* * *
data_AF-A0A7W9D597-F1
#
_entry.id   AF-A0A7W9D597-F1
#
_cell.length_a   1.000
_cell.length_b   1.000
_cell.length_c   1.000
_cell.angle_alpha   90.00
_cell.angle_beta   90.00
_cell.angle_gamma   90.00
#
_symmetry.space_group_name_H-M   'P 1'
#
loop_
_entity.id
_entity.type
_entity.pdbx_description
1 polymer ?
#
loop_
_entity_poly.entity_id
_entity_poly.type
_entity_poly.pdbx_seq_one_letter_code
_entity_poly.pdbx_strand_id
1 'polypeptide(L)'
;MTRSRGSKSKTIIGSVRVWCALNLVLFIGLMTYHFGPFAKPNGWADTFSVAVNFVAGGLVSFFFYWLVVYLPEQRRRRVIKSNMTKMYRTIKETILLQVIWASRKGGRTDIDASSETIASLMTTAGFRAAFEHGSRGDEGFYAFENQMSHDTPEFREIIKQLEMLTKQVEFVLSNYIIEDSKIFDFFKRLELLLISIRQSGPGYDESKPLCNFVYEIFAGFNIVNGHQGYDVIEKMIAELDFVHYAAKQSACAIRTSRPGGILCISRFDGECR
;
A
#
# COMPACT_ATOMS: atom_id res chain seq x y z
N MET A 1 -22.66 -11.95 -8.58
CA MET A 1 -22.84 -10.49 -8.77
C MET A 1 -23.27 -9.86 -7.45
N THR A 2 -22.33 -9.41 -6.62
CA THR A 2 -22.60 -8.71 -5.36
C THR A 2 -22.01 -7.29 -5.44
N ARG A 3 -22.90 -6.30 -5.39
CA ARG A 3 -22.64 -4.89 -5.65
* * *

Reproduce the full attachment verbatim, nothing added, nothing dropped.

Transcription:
data_AF-A0A7W9D597-F1
#
_entry.id   AF-A0A7W9D597-F1
#
_cell.length_a   1.000
_cell.length_b   1.000
_cell.length_c   1.000
_cell.angle_alpha   90.00
_cell.angle_beta   90.00
_cell.angle_gamma   90.00
#
_symmetry.space_group_name_H-M   'P 1'
#
loop_
_entity.id
_entity.type
_entity.pdbx_description
1 polymer ?
#
loop_
_entity_poly.entity_id
_entity_poly.type
_entity_poly.pdbx_seq_one_letter_code
_entity_poly.pdbx_strand_id
1 'polypeptide(L)'
;MTRSRGSKSKTIIGSVRVWCALNLVLFIGLMTYHFGPFAKPNGWADTFSVAVNFVAGGLVSFFFYWLVVYLPEQRRRRVIKSNMTKMYRTIKETILLQVIWASRKGGRTDIDASSETIASLMTTAGFRAAFEHGSRGDEGFYAFENQMSHDTPEFREIIKQLEMLTKQVEFVLSNYIIEDSKIFDFFKRLELLLISIRQSGPGYDESKPLCNFVYEIFAGFNIVNGHQGYDVIEKMIAELDFVHYAAKQSACAIRTSRPGGILCISRFDGECR
;
A
#
# COMPACT_ATOMS: atom_id res chain seq x y z
N MET A 1 -22.66 -11.95 -8.58
CA MET A 1 -22.84 -10.49 -8.77
C MET A 1 -23.27 -9.86 -7.45
N THR A 2 -22.33 -9.41 -6.62
CA THR A 2 -22.60 -8.71 -5.36
C THR A 2 -22.01 -7.29 -5.44
N ARG A 3 -22.90 -6.30 -5.39
CA ARG A 3 -22.64 -4.89 -5.65